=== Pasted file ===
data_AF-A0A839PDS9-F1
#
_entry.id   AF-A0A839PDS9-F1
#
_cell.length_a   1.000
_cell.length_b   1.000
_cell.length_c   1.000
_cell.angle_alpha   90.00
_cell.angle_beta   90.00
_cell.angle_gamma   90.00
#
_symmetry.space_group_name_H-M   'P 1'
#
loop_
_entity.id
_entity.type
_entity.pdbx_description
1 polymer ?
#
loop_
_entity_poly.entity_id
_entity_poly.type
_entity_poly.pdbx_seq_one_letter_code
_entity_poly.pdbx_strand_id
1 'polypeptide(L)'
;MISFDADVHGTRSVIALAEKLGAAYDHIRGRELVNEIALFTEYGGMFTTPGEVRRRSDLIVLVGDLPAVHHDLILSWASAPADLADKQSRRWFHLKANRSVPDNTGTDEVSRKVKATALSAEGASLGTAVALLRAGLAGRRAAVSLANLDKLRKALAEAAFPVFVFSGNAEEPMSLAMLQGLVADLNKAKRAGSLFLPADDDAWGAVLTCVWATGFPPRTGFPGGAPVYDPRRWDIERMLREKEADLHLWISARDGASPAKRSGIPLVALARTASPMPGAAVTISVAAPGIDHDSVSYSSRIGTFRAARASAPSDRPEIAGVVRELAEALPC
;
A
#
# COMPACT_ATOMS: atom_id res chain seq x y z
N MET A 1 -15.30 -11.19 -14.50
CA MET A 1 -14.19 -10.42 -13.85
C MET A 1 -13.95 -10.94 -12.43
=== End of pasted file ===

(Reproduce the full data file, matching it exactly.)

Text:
data_AF-A0A839PDS9-F1
#
_entry.id   AF-A0A839PDS9-F1
#
_cell.length_a   1.000
_cell.length_b   1.000
_cell.length_c   1.000
_cell.angle_alpha   90.00
_cell.angle_beta   90.00
_cell.angle_gamma   90.00
#
_symmetry.space_group_name_H-M   'P 1'
#
loop_
_entity.id
_entity.type
_entity.pdbx_description
1 polymer ?
#
loop_
_entity_poly.entity_id
_entity_poly.type
_entity_poly.pdbx_seq_one_letter_code
_entity_poly.pdbx_strand_id
1 'polypeptide(L)'
;MISFDADVHGTRSVIALAEKLGAAYDHIRGRELVNEIALFTEYGGMFTTPGEVRRRSDLIVLVGDLPAVHHDLILSWASAPADLADKQSRRWFHLKANRSVPDNTGTDEVSRKVKATALSAEGASLGTAVALLRAGLAGRRAAVSLANLDKLRKALAEAAFPVFVFSGNAEEPMSLAMLQGLVADLNKAKRAGSLFLPADDDAWGAVLTCVWATGFPPRTGFPGGAPVYDPRRWDIERMLREKEADLHLWISARDGASPAKRSGIPLVALARTASPMPGAAVTISVAAPGIDHDSVSYSSRIGTFRAARASAPSDRPEIAGVVRELAEALPC
;
A
#
# COMPACT_ATOMS: atom_id res chain seq x y z
N MET A 1 -15.30 -11.19 -14.50
CA MET A 1 -14.19 -10.42 -13.85
C MET A 1 -13.95 -10.94 -12.43